Small is Beautiful

The first computer I owned was an Apple II Plus.  It had a 6502 chip with an accumulator register and a couple of index registers.  From a programmer’s point of view, most of the work got done in the accumulator and half the machine cycles were spent doing loads and stores (load a value, add, store, …).  Essentially, it was a one register machine.  So when I started programming IBM mainframes, I was delighted to see that each machine came equipped with 16 general purpose registers.  Why so many?  Who needed so many registers?

As is often the case, I was wrong:

Register 0 – used occasionally to pass a parm

Register 1 – used for parameter passing

Register 2 – Available, but sometimes corrupted by TRT

Register 12 (And perhaps a few others) – Your typical base register

Register 13 – Points at a save area

Register 14 – Points to the return address

Register 15 – The target address for program calls and the return code register

So … what does that leave us?  Registers 2 through 11, or 3 through ?

Dive into many production programs and you’ll find that all the registers were allocated years ago.  Good luck finding a free register.  Many programs are so code-bloated that simply adding another variable will cause thousands of addressability errors.  What’s a programmer to do?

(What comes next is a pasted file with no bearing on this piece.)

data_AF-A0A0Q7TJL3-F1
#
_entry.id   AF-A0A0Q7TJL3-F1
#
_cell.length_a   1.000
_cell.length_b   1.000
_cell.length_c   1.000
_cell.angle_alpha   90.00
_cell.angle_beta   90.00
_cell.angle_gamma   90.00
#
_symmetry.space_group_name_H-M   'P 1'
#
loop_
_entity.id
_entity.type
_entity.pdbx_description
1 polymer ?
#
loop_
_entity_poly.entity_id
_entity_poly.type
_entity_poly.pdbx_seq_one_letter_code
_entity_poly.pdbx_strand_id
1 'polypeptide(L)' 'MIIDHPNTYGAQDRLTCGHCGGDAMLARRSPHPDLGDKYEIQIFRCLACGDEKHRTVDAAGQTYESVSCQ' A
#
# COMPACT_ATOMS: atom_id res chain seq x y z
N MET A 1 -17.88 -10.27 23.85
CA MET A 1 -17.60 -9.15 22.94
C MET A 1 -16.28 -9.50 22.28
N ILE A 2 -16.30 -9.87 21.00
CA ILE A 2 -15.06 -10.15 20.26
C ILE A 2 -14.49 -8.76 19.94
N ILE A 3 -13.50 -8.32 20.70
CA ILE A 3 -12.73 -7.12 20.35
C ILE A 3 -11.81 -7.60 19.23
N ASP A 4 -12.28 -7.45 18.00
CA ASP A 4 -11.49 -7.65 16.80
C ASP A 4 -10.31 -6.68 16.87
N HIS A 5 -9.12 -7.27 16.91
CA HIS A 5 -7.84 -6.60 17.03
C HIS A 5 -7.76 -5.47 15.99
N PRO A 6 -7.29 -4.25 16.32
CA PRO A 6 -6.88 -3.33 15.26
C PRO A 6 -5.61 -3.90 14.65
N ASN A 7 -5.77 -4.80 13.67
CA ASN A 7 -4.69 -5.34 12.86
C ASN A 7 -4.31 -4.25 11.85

There are two strategies:

1)  Store the values in one or more registers.  Do the work you need to do.  Restore the registers to their previous values.  Ugly, but effective.

2)  Start a new program, pass it the data it needs, return the values you have computed.  The nice thing about this approach is that you start from a clean slate.  All the registers are yours to use as you see fit.

So … do we have enough registers or not?  It would be nice to have more, but I think 16 general purpose registers are sufficient.  Sometimes, constraints are a good thing – think Haiku.  In writing assembler programs, we need to think smaller and more modular.  Many maintenance assembler programmers use strategy 1 because it’s easier and they can turn the work out faster.  But in many cases, particularly for programs that have maxed out the storage covered by existing base registers, the second strategy may be the best choice. 

If you are writing something new, one base register should be sufficient.  If you find you need a second base register, it’s probably time to re-factor.  Small is beautiful

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Filed under IBM Mainframe Assembler

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